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DH thinks I'm spoiling, help?

Forum: Moms of Toddlers


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October 4th, 2012, 09:47 AM
kamiyu910's Avatar Mega Super Mommy
Join Date: Jul 2010
Location: Hesperia, CA
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Not sure if this is the right board to post to, but I have an almost 16 month old son and my DH thinks I'm spoiling him by not letting him cry it out when he gets upset.
DH is gone at work most of the day and I'm a SAHM, and when DH is home he's usually on the computer. He has very little to do with parenting... When I try to get him to watch DS he usually says no. He doesn't really hug or cuddle his son, or comfort him (his way of getting him to stop crying is to toss him in the air, toss balls at him, etc...).
So I'm basically the parent for at least 97% of the time. I know the different cries, I can usually tell when something else is wrong other than a tantrum. But DH says that I'm one of those moms who lets the kid walk all over her because I try to get DS to stop crying after a certain amount of time rather than letting him cry it out, after being told no or after what DH calls a tantrum (when it's usually not). DS is currently cutting 2 molars and has really bad attachment issues as well, which doesn't help any.

So I'm wondering how long would you consider it ok to let them cry after being put in time out for doing something bad? And why does it seem like I only ever have an issue when DH is home?
For example today, DS really wanted me to take him outside and got mad when I wasn't and was growling. Usually I just say no, and don't do anything like give in when he gets like that, but DH thinks that any time DS does something bad he needs to go in his pen for time out. DS hates the pen unless I'm in it, so he's going to cry until he gives up (not exactly a healthy option for attachment issues, makes it worse... we've tried). DH got mad at me because I picked DS up after about 4-5 minutes of screaming.

I don't let DS get away with things that are bad, I am constantly telling him no... so I don't understand how it's spoiling him. Any help, suggestions, anything appreciated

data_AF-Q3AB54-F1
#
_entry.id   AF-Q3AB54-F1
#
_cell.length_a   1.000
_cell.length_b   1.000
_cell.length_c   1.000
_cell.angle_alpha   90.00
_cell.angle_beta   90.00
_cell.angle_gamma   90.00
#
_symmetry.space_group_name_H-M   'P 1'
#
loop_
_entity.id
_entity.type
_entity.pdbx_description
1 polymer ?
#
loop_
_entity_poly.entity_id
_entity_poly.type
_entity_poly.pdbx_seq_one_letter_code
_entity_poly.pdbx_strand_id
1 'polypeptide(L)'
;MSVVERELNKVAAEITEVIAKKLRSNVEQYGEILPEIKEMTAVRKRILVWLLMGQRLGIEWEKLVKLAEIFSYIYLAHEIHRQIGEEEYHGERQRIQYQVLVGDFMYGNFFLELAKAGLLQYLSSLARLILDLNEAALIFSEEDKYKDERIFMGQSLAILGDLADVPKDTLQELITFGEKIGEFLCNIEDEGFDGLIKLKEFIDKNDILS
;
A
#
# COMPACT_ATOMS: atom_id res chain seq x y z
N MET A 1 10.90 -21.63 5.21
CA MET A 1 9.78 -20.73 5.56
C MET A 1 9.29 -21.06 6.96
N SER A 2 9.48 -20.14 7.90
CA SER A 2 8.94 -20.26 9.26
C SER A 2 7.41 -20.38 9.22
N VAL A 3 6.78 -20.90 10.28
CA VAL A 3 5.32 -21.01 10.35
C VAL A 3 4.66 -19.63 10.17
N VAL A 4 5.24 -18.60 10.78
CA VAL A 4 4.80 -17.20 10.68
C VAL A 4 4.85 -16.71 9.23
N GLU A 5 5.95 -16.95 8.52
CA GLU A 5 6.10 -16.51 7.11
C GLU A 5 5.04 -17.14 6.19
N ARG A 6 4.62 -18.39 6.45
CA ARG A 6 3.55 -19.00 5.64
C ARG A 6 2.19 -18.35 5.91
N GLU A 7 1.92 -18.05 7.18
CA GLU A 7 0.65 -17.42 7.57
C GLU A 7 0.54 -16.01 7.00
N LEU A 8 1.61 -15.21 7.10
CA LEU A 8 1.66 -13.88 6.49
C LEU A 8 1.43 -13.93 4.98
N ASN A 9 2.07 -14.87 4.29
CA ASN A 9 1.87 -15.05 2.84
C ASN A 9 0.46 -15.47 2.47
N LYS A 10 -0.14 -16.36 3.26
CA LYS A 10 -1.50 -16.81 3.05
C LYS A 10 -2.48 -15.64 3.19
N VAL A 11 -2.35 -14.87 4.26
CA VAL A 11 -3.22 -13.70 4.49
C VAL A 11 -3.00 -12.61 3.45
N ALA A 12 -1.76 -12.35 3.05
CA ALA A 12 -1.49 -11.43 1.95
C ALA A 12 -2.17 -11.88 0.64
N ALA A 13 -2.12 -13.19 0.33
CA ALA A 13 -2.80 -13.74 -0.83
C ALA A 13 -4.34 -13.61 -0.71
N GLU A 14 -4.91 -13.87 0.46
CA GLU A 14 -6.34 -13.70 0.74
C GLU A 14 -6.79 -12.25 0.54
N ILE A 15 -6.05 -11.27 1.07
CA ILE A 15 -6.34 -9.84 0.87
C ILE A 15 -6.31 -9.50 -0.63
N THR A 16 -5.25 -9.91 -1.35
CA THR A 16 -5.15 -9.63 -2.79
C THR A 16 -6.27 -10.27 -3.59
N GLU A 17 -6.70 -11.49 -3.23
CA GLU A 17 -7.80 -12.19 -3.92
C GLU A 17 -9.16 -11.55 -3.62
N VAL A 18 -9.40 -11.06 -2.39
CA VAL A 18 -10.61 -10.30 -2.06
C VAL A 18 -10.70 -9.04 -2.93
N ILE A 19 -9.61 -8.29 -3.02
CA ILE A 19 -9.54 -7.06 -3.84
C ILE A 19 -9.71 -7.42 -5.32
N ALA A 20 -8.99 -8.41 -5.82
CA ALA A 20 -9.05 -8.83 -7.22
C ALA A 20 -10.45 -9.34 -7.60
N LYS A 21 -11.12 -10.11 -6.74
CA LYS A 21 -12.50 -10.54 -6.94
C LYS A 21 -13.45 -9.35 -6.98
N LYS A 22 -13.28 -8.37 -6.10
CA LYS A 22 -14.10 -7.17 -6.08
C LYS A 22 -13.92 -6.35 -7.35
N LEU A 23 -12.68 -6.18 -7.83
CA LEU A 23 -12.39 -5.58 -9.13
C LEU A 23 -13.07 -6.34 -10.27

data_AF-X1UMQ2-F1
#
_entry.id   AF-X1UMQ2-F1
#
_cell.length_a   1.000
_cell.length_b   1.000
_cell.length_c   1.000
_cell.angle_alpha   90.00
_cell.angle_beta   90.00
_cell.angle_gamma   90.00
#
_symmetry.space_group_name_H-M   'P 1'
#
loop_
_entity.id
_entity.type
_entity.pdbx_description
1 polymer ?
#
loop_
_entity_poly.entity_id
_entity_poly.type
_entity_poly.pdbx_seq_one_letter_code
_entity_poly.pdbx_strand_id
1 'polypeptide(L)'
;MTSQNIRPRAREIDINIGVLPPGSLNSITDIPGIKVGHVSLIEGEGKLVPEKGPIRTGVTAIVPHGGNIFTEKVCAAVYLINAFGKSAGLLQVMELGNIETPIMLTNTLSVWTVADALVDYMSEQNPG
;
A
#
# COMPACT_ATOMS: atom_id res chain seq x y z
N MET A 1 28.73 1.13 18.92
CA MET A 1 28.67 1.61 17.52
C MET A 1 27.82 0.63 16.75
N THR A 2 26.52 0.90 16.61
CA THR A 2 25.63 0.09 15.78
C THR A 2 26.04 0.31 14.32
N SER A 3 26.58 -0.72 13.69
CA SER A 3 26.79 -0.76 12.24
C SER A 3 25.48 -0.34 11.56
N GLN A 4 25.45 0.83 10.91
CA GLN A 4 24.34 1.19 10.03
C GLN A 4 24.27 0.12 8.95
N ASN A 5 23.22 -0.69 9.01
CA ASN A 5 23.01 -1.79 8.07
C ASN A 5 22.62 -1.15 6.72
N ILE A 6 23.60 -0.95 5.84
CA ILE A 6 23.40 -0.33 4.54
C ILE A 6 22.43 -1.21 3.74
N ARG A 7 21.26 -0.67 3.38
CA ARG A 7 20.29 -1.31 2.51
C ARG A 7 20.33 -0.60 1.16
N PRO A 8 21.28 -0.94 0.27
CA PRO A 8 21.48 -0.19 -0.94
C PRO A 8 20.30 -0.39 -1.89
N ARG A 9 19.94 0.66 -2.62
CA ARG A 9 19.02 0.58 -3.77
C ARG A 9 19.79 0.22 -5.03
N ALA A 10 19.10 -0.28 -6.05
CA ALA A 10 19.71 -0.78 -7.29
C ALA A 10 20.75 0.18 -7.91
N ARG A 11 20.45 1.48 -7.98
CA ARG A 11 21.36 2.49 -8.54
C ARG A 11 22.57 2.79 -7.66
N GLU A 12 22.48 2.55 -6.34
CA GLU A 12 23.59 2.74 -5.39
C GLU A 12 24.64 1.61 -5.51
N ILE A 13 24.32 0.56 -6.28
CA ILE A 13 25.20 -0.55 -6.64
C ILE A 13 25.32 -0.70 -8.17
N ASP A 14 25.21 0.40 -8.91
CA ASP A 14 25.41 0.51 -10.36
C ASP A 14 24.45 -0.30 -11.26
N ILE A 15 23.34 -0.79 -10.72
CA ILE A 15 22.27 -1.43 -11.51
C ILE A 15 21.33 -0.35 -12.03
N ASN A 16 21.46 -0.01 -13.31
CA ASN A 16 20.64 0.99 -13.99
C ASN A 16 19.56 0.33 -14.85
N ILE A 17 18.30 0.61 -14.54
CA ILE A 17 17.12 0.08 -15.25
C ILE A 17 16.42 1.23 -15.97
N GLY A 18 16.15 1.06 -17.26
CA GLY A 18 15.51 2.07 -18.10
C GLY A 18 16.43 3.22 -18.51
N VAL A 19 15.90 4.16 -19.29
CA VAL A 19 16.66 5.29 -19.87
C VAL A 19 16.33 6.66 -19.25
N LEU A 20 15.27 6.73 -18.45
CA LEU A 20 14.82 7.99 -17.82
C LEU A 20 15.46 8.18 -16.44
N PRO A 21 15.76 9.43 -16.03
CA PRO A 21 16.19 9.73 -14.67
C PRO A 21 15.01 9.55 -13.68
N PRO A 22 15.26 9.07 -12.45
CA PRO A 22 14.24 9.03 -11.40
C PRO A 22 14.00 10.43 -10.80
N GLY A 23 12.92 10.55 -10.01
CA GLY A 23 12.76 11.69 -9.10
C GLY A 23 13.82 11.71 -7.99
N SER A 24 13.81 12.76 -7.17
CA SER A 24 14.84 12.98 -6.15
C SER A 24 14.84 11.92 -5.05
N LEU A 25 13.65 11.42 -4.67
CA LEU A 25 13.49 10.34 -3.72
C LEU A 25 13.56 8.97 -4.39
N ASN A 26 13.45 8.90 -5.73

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October 4th, 2012, 11:15 AM
Join Date: Sep 2012
Posts: 8
My husband is the stay at home parent. I make a point to defer to him on most things simply because he is around my daughter much more than I am. I've found his instincts about her are right 97% of the time. If I feel they're not, I am very careful in how I approach him in discussing alternatives because I am NOT trying to question his abilities - I'm just trying to find a solution that makes sense and will work for both of us.

I say that because I find it maddening and, frankly, rude that your husband questions your parenting when he can't even be bothered to be involved when he IS home. If he is constantly undermining your decision making, there has to be tension - and I'm sure your son picks up on that some. Maybe that's why he acts up more when your husband is around.

We usually put our daughter in her crib if she will not stop the tantrum no matter what we do. We prefer to go in and get her once she has gone quiet, but sometimes, we do it when some of the ferocity has gone out of the crying. Sometimes we think at that point, she's still upset but maybe wants a little comfort too. If we go get her at a time like that, she hugs and wants to make up. Your son is a bit younger though (DD is 2 yrs, 3 mos). But I honestly think you should follow YOUR instincts as the SAHM. I don't think you're 'spoiling' him by letting him cry and then picking him up - sounds to me like you're just letting him work out his frustrations while still reassuring him that you are there. He needs both at his age.

The next time your husband criticizes your decision making in such a situation, I would tell him to either let you handle it, or that you're going to walk away and let him take over if he has a better idea.
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October 4th, 2012, 11:53 AM
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Location: Ontario, Canada
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It sounds like you're doing everything just fine. Follow your instinct. As the SAHM, you know your child better than anyone and know how to respond to his needs. If your DH doesn't want to be involved, I really don't think he deserves to have an opinion.
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October 5th, 2012, 08:12 AM
Join Date: Oct 2012
Posts: 4
The next time your husband criticizes your decision making in such a situation, I would tell him to either let you handle it, or that you're going to walk away and let him take over if he has a better idea.
Ditto. It's okay to have different methods of dealing with kids. Me personally, I handle tantrums by either ignoring or distracting with something else. A 16 month old isn't going to understand time-out, but it's fine to change the scenery by putting him in the playpen with some books or toys.
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October 11th, 2012, 01:32 PM
mommy2Breana+Brandon's Avatar Platinum Supermommy
Join Date: Dec 2006
Location: PA
Posts: 39,401
sounds like you are doing everything right.

Let him take care of him when he is crying or for a day and it might change.

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October 15th, 2012, 09:51 PM
Mommy-to-2's Avatar Veteran
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Posts: 435
when ava is throwing a fit it's usually because she needs something, hungry, sleepy, teething ect.. She rarely cries just to cry. Dh and I have very different opinions on how to handle it. I usually distract her with something, give her something to do or just hold and cuddle her.

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